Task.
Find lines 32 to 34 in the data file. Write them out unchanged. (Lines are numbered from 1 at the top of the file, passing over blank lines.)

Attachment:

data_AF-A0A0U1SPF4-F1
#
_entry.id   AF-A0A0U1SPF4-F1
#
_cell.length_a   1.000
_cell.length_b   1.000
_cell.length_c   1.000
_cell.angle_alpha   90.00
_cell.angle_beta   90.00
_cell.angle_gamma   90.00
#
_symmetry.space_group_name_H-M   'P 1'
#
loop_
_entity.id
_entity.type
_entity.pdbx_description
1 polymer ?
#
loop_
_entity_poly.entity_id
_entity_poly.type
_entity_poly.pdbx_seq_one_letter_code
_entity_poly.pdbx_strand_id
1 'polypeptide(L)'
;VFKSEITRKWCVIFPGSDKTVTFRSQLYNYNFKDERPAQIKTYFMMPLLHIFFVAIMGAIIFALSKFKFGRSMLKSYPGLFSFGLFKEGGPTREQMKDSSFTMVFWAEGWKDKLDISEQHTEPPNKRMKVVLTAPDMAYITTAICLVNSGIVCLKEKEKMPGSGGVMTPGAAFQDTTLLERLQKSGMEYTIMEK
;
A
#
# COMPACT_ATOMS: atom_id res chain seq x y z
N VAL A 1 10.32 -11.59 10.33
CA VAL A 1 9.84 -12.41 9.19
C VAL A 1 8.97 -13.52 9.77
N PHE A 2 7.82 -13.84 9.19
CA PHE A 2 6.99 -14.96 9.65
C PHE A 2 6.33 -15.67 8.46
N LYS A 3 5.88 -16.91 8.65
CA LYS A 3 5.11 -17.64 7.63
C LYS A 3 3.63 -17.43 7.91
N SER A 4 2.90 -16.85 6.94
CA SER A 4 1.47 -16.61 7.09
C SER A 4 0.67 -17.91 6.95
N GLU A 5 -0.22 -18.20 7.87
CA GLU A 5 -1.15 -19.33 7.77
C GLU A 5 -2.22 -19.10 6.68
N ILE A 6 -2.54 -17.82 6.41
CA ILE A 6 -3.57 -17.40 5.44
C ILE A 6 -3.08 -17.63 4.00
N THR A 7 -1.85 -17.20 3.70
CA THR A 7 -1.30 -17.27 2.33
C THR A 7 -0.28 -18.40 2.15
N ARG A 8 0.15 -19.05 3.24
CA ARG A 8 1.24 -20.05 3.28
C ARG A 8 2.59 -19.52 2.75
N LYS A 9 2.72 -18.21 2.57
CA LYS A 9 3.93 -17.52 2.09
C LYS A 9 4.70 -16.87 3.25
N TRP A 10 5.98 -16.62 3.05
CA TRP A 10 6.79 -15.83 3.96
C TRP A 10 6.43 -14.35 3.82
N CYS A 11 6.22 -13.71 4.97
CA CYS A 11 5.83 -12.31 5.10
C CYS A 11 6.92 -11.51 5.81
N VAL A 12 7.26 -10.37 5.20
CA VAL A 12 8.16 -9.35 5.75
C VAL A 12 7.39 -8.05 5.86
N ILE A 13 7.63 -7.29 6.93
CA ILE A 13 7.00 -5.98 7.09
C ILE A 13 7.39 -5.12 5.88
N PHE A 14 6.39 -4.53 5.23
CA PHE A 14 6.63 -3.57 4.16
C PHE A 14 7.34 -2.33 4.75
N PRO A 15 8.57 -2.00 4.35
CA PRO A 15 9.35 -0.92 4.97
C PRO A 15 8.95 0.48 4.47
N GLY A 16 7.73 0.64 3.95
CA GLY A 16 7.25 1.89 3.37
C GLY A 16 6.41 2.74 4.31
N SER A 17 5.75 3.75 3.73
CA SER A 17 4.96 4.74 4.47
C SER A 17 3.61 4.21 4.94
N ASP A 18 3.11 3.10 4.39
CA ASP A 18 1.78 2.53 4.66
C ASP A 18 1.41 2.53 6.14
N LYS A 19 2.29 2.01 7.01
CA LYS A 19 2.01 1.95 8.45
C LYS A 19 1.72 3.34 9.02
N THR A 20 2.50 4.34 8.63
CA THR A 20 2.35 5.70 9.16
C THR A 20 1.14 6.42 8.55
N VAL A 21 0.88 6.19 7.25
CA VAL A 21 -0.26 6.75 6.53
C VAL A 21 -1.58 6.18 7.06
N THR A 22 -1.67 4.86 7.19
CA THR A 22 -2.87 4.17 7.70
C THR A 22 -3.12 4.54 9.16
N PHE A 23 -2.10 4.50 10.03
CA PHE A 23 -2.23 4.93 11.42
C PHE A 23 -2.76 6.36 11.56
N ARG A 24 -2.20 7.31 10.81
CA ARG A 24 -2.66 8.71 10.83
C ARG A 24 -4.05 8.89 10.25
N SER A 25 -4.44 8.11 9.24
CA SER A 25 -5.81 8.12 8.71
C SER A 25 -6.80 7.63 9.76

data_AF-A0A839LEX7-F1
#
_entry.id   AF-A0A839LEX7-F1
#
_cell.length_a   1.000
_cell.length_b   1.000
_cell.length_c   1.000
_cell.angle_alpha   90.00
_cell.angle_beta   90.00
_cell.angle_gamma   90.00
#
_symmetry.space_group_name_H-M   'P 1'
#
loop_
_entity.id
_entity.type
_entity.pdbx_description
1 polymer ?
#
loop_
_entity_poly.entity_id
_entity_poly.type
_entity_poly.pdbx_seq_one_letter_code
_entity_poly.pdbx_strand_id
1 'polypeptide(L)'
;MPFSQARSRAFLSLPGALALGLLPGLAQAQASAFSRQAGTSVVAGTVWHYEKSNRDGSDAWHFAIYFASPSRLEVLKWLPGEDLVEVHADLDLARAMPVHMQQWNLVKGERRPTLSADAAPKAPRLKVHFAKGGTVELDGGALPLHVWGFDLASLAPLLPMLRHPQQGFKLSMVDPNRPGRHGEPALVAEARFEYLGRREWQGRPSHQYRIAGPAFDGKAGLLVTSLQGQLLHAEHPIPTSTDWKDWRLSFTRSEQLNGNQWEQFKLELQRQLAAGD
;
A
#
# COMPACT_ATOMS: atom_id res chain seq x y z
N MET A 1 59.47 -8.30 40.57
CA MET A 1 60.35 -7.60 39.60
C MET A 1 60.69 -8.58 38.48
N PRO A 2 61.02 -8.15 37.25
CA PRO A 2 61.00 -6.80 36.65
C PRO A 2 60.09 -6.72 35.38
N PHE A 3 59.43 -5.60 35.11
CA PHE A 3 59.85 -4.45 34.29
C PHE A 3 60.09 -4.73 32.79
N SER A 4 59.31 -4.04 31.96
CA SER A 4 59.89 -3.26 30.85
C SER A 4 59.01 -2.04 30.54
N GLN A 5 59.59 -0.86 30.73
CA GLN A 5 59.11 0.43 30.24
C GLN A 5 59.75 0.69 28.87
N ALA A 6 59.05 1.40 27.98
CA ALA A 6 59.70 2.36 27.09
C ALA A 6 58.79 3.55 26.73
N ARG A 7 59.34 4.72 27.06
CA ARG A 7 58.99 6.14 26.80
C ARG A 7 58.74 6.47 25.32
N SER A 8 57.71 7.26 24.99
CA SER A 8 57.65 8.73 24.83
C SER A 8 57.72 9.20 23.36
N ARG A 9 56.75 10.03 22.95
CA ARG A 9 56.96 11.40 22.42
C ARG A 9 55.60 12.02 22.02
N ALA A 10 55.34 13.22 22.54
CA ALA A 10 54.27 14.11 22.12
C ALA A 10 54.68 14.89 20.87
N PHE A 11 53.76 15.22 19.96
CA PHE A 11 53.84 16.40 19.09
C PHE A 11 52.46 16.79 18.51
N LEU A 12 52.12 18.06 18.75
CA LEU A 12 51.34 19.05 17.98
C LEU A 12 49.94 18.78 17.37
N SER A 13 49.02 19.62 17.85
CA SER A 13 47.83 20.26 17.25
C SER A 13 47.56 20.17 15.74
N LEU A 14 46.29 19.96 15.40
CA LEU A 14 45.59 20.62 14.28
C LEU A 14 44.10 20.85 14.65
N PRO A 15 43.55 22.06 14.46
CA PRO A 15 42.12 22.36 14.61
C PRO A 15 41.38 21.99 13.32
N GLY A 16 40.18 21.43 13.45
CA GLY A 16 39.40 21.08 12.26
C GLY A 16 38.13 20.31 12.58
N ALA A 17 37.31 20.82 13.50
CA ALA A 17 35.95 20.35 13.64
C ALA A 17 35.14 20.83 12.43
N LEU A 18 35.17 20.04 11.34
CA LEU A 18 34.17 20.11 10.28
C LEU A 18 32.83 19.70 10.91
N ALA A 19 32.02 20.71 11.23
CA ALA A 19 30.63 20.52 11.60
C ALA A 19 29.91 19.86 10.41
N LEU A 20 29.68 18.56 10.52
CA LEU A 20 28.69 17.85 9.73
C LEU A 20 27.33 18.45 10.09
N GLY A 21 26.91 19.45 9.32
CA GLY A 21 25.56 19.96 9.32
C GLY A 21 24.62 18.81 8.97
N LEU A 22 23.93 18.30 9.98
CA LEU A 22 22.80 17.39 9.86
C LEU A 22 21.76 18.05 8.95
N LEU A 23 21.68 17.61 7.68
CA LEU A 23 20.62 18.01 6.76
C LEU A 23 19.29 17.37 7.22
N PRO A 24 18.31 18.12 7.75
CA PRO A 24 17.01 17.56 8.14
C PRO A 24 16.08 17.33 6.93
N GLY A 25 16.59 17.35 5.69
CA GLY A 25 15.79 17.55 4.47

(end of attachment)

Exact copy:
CA VAL A 1 9.84 -12.41 9.19
C VAL A 1 8.97 -13.52 9.77
N PHE A 2 7.82 -13.84 9.19